It was 1994 and Ellen Sauerbrey was poised to become the first Republican governor of Maryland since Spiro Agnew. She led Democrat Parris Glendening for much of the night. Then boom! At the end, a vote dump mainly from Baltimore put her behind. The Democrat was declared the winner of the state's closest gubernatorial election in 75 years, beating Sauerbrey by 5,993 votes.

Sauerbrey alleged fraud. Ballots were cast in the names of dead or imprisoned voters, especially in the big Democratic city of Baltimore. She contested the election, which her supporters adamantly believed was stolen. She even attended a Republican Governors Association meeting with other GOP governors-elect, although some placards described her only as "Ellen."

That was as close as she ever came to becoming governor. Sauerbrey lost on appeal. While judges acknowledged there were irregularities, they did not find enough evidence to overturn the result or order a new election.

Republican lore is full of stories about dead people voting and big Democratic political machines stealing elections since the days of Tammany Hall. Fifty years before today's fights over Pennsylvania, Michigan and beyond, 40 years before Florida's hanging chads, Richard Nixon was narrowly defeated by John F. Kennedy — thanks, many to this day maintain, to Chicago Mayor Richard Daley and the Cook County Democrats' malfeasance.

It is in this context that we must view President Trump's defiance in the face of what appears to be a looming defeat at the hands of Joe Biden. Republicans went to bed with Trump ahead in several battleground states. Counting mysteriously stopped. They awoke in many cases to find Trump trailing.

When Trump alleges "fraud" and vows to prevent the disenfranchisement of his voters, many political observers are shocked and dismayed. Nixon always claimed he did not contest 1960 because he thought it would be bad for the country. Trump is challenging several states' official count from the White House as a sitting president, in far less careful terms than his lawyers will.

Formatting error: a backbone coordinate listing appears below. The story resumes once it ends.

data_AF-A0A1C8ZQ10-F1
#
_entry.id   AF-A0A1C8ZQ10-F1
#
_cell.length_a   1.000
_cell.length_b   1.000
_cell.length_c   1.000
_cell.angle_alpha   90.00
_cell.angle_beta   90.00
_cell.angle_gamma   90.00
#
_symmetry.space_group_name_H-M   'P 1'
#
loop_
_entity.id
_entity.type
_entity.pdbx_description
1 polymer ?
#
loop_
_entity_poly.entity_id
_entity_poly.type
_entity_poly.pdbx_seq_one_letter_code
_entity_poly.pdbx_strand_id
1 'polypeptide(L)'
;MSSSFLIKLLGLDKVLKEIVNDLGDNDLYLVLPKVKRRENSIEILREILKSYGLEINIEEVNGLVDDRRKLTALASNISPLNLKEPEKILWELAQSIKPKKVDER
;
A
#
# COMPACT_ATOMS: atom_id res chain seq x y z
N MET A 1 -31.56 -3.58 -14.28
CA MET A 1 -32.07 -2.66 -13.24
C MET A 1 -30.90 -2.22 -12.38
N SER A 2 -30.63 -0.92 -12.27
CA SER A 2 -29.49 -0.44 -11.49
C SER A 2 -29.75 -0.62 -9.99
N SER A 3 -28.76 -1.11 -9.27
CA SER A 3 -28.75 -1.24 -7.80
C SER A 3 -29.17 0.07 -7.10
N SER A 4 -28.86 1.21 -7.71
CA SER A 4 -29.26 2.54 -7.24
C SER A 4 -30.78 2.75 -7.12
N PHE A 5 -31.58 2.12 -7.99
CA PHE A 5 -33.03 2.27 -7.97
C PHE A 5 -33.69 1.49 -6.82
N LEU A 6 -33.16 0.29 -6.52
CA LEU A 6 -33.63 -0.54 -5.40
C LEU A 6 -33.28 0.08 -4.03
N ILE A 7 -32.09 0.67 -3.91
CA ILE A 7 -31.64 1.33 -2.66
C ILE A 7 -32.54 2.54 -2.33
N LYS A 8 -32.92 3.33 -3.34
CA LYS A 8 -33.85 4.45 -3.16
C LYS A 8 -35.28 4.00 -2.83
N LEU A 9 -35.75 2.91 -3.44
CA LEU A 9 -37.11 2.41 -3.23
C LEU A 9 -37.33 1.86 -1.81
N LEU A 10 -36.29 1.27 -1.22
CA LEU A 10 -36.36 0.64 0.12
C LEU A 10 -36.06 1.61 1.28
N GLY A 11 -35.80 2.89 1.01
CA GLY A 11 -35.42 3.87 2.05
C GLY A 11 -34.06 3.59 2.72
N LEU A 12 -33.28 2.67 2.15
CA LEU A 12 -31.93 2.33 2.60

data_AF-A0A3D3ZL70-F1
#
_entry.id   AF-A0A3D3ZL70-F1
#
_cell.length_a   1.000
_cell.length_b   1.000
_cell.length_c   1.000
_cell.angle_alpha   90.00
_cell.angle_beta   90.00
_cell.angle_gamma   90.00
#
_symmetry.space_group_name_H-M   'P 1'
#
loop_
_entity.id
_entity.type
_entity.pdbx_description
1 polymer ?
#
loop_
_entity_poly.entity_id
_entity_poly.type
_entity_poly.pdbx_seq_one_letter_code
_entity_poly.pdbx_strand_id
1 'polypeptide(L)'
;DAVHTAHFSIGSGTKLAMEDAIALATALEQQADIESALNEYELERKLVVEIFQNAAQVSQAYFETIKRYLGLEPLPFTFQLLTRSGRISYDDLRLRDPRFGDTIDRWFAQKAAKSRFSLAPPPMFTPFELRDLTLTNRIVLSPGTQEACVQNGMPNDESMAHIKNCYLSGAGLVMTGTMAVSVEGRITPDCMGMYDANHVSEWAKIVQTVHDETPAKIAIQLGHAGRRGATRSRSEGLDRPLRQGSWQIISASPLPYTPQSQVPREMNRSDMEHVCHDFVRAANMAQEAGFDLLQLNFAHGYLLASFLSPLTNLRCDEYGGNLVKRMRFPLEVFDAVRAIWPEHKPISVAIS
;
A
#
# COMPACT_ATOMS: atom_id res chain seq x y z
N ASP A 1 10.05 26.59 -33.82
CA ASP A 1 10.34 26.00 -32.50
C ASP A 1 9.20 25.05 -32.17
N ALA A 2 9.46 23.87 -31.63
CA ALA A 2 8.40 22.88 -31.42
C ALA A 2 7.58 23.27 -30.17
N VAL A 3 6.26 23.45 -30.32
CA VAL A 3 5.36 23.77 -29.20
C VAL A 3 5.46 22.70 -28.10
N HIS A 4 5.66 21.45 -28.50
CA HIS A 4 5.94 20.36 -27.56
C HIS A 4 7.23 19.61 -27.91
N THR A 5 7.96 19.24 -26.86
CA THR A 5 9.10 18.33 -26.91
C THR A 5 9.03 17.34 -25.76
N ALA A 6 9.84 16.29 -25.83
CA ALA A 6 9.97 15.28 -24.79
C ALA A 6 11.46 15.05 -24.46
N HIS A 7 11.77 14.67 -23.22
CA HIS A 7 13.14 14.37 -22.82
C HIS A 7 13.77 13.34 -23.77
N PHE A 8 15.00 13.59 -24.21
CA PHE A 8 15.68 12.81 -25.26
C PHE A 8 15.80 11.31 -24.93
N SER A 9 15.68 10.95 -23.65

Yet to many Republicans, Trump is standing up for himself and them in a way they don't believe prior nominees would. He is simply not going to take what a garden-variety Republican politician would. To the grassroots, Mitt Romney and John McCain were always eager to be good losers, to be hailed by The New York Times and the chablis-sipping liberals of the Georgetown cocktail party circuit for their magnanimity and decency in defeat.

Trump says nuts to that. "But he fights!" has become a punchline to many as they've watched Trump belt himself in the face. It is nevertheless precisely what binds Trump so closely to his base, which delivered a far closer election than most pollsters predicted. The reason we can even argue about the ballot count in Michigan or Arizona is that the election was actually competitive even as forecasters began to see a blue wave or Biden landslide coming.

In this telling, the president is not just fighting for his own re-election. He is fighting for Richard Nixon. He is fighting for Ellen Sauerbrey. He is fighting for every Republican who simply shut up and went away when the media told him to be a good loser and take his medicine.

To explain this viewpoint isn't necessarily to endorse it. A closely scrutinized election with this kind of turnout is bound to produce irregularities if you look for them. The partisan tilt of the mass early and mail-in voting may legitimately produce huge tranches of Democratic votes that superficially look like a tally for a Third World dictator. We should also be careful about provoking a constitutional crisis, preferring Vice President Mike Pence's talk of vigilance to Trump's outright assertion of fraudulence.

Democrats have their own stolen election stories. Al Gore will go to his grave believing he won Florida. Hillary Clinton has not softened in her view that Russia helped deliver the White House to its current occupant. John Kerry may even still believe he carried Ohio.

But Republicans have at the rank-and-file level become the party of voter ID because to them it is axiomatic that if you let an election get too close, the big-city liberals will steal it. Trump may lose to these Democrats, but he'll be damned if he ever plays by their rules. And thus the very tendencies that horrify detractors who see in Trump a budding authoritarian, hostile to our small-d democratic norms, thrill beleaguered Republicans.